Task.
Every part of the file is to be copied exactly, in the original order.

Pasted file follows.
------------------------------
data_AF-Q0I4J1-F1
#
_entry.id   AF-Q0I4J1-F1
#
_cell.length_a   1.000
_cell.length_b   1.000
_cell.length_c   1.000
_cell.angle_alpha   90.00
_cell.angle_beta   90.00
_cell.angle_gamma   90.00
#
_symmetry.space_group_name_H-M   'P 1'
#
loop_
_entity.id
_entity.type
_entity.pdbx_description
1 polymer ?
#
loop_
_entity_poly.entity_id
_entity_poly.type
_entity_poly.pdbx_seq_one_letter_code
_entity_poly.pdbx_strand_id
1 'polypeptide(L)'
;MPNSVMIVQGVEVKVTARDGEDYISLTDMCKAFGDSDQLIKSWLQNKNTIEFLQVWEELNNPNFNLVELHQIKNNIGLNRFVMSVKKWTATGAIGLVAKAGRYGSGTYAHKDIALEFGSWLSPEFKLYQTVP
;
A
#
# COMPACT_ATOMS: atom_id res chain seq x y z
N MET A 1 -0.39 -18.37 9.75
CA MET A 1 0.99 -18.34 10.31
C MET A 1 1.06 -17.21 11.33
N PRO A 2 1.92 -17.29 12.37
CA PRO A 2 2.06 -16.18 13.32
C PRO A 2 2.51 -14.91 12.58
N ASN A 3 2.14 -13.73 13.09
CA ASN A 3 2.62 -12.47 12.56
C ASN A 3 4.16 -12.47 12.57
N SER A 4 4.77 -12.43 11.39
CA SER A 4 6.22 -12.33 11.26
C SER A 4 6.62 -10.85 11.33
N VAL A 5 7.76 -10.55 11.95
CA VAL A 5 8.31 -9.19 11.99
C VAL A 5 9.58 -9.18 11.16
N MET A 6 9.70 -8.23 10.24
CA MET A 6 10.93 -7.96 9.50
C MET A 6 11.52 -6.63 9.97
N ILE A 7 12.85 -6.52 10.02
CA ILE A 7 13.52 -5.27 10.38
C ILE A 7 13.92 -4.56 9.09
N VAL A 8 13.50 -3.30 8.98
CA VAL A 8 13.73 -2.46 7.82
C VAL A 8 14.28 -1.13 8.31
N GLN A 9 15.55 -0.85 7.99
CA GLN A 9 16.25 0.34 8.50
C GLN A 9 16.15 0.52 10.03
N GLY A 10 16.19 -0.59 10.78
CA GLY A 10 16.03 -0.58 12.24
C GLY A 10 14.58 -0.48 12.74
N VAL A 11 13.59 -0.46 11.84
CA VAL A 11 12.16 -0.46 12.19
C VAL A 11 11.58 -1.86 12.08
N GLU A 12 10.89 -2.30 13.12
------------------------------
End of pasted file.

data_AF-Q0I4J1-F1
#
_entry.id   AF-Q0I4J1-F1
#
_cell.length_a   1.000
_cell.length_b   1.000
_cell.length_c   1.000
_cell.angle_alpha   90.00
_cell.angle_beta   90.00
_cell.angle_gamma   90.00
#
_symmetry.space_group_name_H-M   'P 1'
#
loop_
_entity.id
_entity.type
_entity.pdbx_description
1 polymer ?
#
loop_
_entity_poly.entity_id
_entity_poly.type
_entity_poly.pdbx_seq_one_letter_code
_entity_poly.pdbx_strand_id
1 'polypeptide(L)'
;MPNSVMIVQGVEVKVTARDGEDYISLTDMCKAFGDSDQLIKSWLQNKNTIEFLQVWEELNNPNFNLVELHQIKNNIGLNRFVMSVKKWTATGAIGLVAKAGRYGSGTYAHKDIALEFGSWLSPEFKLYQTVP
;
A
#
# COMPACT_ATOMS: atom_id res chain seq x y z
N MET A 1 -0.39 -18.37 9.75
CA MET A 1 0.99 -18.34 10.31
C MET A 1 1.06 -17.21 11.33
N PRO A 2 1.92 -17.29 12.37
CA PRO A 2 2.06 -16.18 13.32
C PRO A 2 2.51 -14.91 12.58
N ASN A 3 2.14 -13.73 13.09
CA ASN A 3 2.62 -12.47 12.56
C ASN A 3 4.16 -12.47 12.57
N SER A 4 4.77 -12.43 11.39
CA SER A 4 6.22 -12.33 11.26
C SER A 4 6.62 -10.85 11.33
N VAL A 5 7.76 -10.55 11.95
CA VAL A 5 8.31 -9.19 11.99
C VAL A 5 9.58 -9.18 11.16
N MET A 6 9.70 -8.23 10.24
CA MET A 6 10.93 -7.96 9.50
C MET A 6 11.52 -6.63 9.97
N ILE A 7 12.85 -6.52 10.02
CA ILE A 7 13.52 -5.27 10.38
C ILE A 7 13.92 -4.56 9.09
N VAL A 8 13.50 -3.30 8.98
CA VAL A 8 13.73 -2.46 7.82
C VAL A 8 14.28 -1.13 8.31
N GLN A 9 15.55 -0.85 7.99
CA GLN A 9 16.25 0.34 8.50
C GLN A 9 16.15 0.52 10.03
N GLY A 10 16.19 -0.59 10.78
CA GLY A 10 16.03 -0.58 12.24
C GLY A 10 14.58 -0.48 12.74
N VAL A 11 13.59 -0.46 11.84
CA VAL A 11 12.16 -0.46 12.19
C VAL A 11 11.58 -1.86 12.08
N GLU A 12 10.89 -2.30 13.12